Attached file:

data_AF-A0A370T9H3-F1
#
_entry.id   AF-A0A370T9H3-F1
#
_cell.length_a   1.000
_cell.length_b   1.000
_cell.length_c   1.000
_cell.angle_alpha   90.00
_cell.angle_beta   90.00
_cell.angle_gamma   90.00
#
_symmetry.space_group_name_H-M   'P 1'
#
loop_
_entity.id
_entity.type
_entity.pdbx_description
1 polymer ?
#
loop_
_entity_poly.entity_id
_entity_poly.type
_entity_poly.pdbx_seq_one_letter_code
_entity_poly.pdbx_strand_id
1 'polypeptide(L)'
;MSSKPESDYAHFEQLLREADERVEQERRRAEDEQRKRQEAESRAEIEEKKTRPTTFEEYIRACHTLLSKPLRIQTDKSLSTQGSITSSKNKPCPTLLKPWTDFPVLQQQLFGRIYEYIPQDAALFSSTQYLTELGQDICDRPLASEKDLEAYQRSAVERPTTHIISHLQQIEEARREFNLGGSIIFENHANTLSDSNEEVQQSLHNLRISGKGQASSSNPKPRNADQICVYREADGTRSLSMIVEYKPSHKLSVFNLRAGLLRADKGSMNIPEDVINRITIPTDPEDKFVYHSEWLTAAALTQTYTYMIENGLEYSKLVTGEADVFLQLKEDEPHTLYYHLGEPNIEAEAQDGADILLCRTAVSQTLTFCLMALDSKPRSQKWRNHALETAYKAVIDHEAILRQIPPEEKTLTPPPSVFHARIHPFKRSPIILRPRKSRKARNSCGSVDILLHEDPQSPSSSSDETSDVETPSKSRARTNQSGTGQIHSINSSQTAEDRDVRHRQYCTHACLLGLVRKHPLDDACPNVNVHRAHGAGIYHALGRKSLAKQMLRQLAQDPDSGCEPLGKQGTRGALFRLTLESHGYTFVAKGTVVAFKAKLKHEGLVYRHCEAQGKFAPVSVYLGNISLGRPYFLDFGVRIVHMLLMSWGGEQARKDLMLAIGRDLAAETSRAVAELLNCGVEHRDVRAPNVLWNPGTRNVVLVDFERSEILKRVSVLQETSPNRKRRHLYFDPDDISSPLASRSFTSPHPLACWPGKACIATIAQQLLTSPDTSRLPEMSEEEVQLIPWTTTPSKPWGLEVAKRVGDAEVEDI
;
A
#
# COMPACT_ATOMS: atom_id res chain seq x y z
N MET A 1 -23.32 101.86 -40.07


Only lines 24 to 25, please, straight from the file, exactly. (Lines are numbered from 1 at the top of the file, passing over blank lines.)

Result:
_entity_poly.pdbx_strand_id
1 'polypeptide(L)'